Monday, December 26, 2011

FAQ on factoring

Q:Sir, I recently read about The Regulation of Factor Bill (Assignment of Receivables), 2011. It would be helpful if you could explain what factoring is.
A: Sure. Factoring is one of the oldest methods of financing by way of selling the accounts receivable of a firm. There are certain financial institutions called factors which provide this type of financing. The invoice approved by the buyer is sent to the factor. The factor in turn makes the payment to the company (seller).

What does the factor gain?
The invoice payment is done on a discount which usually ranges from 0.35 to 4 per cent of the value of the invoice. Also the entire amount is not paid by the factor. Usually it makes a payment of 75 to 80% keeping the remaining amount as reserve. The reserve amount is paid back when the buyer actually pays the amount. Thus the factor earns commission for factoring.

Does this imply that through factoring, all the sales made by a company are like cash sales? What are the advantages of factoring to the company?
As the factor pays the amount of sales to the company, it is equivalent to having all cash sales. Also the risk of collection of receivable and bad debts may be transferred to the financial institution acting as the factor based on terms agreed upon. Other advantages of going for factoring is that it frees up large amounts of funds locked up as accounts receivables and this can be used to purchase more inventory and fund other short term projects that can accelerate growth. Factoring also relieves a company from the burden of maintaining receivable accounts, conducting credit assessments for customers and handling collection of receivables. The working capital management of the company becomes efficient and hence, reduces the cost which in turn improves the possibility of better profits.

This seems great. So the companies can transfer all its accounts receivables to the factor and be risk free right?
This is not the case always. Companies must take judicious decision when going for factoring mode of financing. If the debtor is credit worthy and has paid all the debts in time, the company will lose money in terms of factoring fees. There must be a trade-off between the present value of the earnings a firm gains from sales and the cost of utilising factoring as a means for financing. For example, businesses which result in slower repayment can be factored so that the company is not affected by cash deficit for other needs.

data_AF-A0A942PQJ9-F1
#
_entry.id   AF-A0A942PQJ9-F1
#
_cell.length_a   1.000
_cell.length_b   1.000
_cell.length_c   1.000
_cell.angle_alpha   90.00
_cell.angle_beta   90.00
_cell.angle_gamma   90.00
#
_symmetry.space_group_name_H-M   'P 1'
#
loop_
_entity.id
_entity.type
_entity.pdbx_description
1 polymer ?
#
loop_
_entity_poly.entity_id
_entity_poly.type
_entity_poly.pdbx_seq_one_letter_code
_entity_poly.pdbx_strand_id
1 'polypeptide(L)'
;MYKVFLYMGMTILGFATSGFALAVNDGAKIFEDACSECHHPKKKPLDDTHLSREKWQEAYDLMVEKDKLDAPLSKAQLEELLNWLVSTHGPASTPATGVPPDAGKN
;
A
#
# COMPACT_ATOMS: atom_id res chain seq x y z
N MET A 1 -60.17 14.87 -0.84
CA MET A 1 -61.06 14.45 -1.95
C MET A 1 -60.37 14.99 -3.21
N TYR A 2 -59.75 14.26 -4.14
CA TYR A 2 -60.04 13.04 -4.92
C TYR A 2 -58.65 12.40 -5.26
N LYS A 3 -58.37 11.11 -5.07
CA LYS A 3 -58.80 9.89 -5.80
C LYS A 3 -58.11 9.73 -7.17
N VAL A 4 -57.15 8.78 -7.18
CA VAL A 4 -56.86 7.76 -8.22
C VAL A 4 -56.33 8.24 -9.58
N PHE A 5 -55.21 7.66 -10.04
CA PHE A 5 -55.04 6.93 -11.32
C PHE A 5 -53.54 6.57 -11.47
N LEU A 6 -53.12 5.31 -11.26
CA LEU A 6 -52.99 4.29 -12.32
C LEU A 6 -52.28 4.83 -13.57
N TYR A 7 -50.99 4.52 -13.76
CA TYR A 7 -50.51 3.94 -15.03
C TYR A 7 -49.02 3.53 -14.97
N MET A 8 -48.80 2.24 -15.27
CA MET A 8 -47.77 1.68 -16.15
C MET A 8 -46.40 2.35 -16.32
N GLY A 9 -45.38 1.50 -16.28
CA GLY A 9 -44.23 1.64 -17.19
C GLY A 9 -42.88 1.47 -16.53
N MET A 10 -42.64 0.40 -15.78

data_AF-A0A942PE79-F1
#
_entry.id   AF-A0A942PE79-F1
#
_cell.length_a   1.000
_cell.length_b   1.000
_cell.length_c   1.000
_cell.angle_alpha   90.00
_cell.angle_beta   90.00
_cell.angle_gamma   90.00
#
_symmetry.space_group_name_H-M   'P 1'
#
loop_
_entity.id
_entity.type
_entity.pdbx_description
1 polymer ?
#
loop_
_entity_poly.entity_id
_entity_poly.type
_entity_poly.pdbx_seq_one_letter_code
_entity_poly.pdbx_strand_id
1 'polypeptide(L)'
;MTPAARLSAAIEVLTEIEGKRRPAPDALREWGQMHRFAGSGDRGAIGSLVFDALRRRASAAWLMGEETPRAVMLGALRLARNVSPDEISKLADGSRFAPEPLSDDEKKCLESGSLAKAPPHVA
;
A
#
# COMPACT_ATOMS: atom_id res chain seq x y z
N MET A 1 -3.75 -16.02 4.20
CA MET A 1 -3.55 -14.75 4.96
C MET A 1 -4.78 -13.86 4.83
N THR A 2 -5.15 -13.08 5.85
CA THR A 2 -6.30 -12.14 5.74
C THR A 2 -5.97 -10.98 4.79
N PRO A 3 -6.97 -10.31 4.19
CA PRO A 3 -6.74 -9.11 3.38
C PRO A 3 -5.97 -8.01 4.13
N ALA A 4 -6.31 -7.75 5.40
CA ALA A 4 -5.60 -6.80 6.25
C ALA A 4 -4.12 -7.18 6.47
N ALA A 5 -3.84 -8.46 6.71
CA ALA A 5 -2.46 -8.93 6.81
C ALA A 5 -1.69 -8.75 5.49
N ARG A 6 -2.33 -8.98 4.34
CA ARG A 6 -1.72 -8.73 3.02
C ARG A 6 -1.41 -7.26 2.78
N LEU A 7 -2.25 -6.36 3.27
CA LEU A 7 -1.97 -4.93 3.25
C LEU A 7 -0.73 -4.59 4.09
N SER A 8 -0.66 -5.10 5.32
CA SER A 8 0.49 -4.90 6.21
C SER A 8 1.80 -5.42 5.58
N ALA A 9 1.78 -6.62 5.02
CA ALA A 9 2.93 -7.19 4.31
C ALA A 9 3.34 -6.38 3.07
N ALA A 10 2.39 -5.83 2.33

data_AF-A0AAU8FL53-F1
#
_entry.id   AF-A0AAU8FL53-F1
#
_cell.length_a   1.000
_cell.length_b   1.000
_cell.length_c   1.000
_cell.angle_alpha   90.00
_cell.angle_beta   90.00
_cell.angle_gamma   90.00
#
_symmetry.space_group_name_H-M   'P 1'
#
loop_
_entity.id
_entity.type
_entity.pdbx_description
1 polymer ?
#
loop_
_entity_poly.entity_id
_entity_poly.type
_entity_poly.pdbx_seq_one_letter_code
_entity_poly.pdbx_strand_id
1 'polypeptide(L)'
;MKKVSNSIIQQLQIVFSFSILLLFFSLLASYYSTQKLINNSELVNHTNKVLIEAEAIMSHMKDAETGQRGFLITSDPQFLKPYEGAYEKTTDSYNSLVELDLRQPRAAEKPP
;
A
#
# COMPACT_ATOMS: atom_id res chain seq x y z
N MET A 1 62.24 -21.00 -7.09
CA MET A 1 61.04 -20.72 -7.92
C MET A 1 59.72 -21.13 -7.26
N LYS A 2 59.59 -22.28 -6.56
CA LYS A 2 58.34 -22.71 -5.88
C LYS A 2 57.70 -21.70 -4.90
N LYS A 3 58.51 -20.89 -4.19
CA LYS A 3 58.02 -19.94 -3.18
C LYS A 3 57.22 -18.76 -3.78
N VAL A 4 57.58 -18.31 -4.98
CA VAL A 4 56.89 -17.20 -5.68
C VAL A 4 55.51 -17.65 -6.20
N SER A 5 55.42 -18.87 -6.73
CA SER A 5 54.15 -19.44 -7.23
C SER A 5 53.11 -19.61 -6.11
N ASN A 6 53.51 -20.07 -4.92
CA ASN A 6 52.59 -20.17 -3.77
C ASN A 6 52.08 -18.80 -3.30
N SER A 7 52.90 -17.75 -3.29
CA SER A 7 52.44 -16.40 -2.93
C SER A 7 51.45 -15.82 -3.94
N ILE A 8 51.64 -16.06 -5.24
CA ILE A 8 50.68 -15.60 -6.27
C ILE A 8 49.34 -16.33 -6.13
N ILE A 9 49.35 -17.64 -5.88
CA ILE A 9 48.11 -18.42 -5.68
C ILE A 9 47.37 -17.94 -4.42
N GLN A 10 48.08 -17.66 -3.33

If factoring is utilised for sundry debtors alone, why financial institutions provide this type of financing?
Factoring can be used in place of bank loans for small and medium enterprises. Though factoring costs are higher than bank rates, small companies which cannot obtain bank loans easily can resort to this mode of financing. Also factoring financial institutions look for the credit worthiness of the buyers and not the companies resorting to factoring. This proves to be an advantage for SMEs. Factoring is utilised by firms which cannot borrow money from other sources.

So what is the “Regulation of Factor Bill” about?
The bill provides regulations for factoring business by RBI. All financial institutions providing factoring services should get approval from RBI before entering into this business. Also the mechanism of assignment of receivables to the factor and payment of consideration by the factor will be regulated. This will also enable the factors to obtain legal remedy and claim their rights on the invoices factored by them in a more efficient manner.


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